Naoya Matsumoto’s 1 Rule May Have Been Key to Turning it into a Mega-Hit


There are numerous coming-of-age tales that may happen within the transitory part of maturity however a subgenre of the identical is the place Kaiju No. 8 lies. The subgenre is known as delayed coming of age. The themes of maturity, discovering your self on this planet, and different such components stay, besides that the age of the protagonist is far previous their 20s. One of many largest examples of the identical could be Julia Roberts’ Eat, Pray, Love.

Kaiju No. 8
Kaiju No. 8

Kaiju No. 8 stands as one other such story. On the earth of shonen manga, to determine oneself in such a magnitude is an enormous feat by itself. Naoya Matsumoto managed to take action with frequent tropes and a singular imaginative and prescient.

Whereas it may be debated upon about what precise style it matches in, one factor could be very clear; each the editor and the author disagree with it being science fiction.

Kaiju No. 8 is the World’s Reflection

In an interview with Manga Plus by ShueishaKaiju No. 8’s editor, Seijiro Nakaji received candid about the place precisely he sees the manga by way of genres. Whereas shonen genres revolve round fantasy, fiction, science fiction, and magic, Naoya Matsumoto’s work lies nowhere in between. Actually, it’s tied on to actuality.

Kaiju No. 8Kaiju No. 8
Kaiju No. 8

“Kaiju No. 8 isn’t science fiction, however relatively, it portrays a world that’s an extension of the on a regular basis world we presently stay in. The one distinction from actuality is that as a substitute of pure disasters, monsters seem. It’s not a futuristic, fictional world however relatively one which carefully resembles present-day Japan. To emphasise this, Japanese motifs like purchasing districts and swords are intentionally included.”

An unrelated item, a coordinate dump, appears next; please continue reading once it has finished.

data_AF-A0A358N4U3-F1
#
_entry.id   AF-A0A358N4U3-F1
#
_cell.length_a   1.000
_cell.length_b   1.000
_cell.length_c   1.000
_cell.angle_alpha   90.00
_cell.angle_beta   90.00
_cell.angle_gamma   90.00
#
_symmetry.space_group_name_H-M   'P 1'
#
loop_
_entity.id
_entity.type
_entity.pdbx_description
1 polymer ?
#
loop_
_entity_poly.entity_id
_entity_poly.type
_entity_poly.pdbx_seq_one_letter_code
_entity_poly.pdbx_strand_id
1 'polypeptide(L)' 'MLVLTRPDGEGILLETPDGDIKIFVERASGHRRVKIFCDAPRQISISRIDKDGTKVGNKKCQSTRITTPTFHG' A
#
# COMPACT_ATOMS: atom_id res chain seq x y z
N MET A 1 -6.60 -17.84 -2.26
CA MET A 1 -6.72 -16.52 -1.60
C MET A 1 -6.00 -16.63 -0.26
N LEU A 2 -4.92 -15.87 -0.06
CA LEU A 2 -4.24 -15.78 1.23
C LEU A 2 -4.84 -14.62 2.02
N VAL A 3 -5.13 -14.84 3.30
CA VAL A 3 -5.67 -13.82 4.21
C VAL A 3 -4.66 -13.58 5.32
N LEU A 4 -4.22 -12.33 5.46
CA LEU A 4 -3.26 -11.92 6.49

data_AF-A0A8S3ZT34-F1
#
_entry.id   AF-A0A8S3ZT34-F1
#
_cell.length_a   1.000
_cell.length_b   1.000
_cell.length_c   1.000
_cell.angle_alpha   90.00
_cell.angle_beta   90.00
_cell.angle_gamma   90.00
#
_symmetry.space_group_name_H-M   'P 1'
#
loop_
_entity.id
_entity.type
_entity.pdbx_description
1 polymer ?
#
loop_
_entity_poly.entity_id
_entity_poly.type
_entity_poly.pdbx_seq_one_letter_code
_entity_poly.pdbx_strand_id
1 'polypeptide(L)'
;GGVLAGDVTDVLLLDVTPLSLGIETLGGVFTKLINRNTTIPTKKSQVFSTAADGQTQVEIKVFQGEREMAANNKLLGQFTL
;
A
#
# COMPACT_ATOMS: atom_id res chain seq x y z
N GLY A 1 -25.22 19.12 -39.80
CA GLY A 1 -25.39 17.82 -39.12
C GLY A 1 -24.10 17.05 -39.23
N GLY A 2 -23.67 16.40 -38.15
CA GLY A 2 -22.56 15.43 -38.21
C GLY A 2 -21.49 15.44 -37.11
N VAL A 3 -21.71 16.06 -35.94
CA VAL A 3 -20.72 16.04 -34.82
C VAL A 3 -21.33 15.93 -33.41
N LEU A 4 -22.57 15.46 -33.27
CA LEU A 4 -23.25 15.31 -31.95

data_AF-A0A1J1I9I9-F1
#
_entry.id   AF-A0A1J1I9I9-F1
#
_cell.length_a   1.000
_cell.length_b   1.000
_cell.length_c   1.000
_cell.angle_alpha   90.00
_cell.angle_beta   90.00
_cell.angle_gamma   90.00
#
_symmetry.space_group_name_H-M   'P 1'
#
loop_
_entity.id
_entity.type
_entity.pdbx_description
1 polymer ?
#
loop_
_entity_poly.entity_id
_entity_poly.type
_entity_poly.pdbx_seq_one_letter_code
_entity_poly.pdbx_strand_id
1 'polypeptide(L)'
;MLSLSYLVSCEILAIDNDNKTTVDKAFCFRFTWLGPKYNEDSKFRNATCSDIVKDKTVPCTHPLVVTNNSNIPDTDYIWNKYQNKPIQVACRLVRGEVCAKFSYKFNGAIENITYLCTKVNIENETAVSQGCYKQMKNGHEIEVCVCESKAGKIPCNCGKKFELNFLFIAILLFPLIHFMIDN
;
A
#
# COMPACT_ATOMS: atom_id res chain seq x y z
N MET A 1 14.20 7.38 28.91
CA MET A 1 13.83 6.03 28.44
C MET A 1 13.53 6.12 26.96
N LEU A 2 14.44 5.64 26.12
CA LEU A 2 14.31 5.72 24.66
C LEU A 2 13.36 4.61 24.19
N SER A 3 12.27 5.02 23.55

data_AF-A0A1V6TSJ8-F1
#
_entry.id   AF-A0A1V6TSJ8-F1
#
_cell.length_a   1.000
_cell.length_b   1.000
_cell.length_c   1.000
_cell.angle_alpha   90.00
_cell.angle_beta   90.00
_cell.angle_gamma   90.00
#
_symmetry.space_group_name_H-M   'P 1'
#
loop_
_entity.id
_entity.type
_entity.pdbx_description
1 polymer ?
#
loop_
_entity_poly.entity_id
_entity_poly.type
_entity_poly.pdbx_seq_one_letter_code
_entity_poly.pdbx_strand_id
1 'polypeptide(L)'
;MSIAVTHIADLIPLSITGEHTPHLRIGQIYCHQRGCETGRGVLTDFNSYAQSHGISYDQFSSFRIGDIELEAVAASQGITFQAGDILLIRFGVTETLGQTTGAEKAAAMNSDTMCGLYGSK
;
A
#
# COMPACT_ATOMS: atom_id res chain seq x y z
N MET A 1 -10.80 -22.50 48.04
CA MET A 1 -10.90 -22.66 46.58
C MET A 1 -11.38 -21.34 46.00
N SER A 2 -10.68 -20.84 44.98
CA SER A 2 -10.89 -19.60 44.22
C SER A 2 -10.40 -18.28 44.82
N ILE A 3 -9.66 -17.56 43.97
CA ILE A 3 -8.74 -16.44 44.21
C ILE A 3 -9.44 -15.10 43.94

He defined that with a view to grasp realism, Japan was its largest inspiration. A fictional world can be a utopia, one with out the struggles of the actual world. Nevertheless, the world in Kaiju No. 8 is way from it. It’s crammed with elements of 1’s on a regular basis life and people that may make it much more relatable.

Nevertheless, all this got here to be due to Matsumoto’s one rule.

Storytellers are additionally Liars

Seijiro Nakaji revealed in his interview with Manga Plus by Shueisha that Naoya Matsumoto has one rule he strictly follows. It is usually a rule many different writers go by. The flexibility and energy to deceive your viewers. Fiction is a world of lies. Magic is an enormous creation of lies. Most tales are based mostly on lies. Kaiju No. 8 takes that and places just one lie within the story, the existence of monsters.

A still from the Kaiju No. 8 trailerA still from the Kaiju No. 8 trailer
A nonetheless from the Kaiju No. 8 trailer

“Matsumoto has a rule that ‘there is just one lie per story.’ Within the case of Kaiju No. 8, the existence of monsters is the massive lie. Whereas settings associated to this lie, such because the Protection Pressure and monster cleanup crew are launched, further parts like “people can use magic” are deliberately prevented. This makes it extra relatable and acceptable for readers.”

The creator limits himself to 1 lie per story. His lie merely being the substitute of pure disasters with precise monsters. He used all the things that made the world what it’s at present and turned it into the attractive story of Kaiju No. 8.

Kaiju No. 8 will likely be accessible to observe on X and Crunchyroll from thirteenth April 2024.


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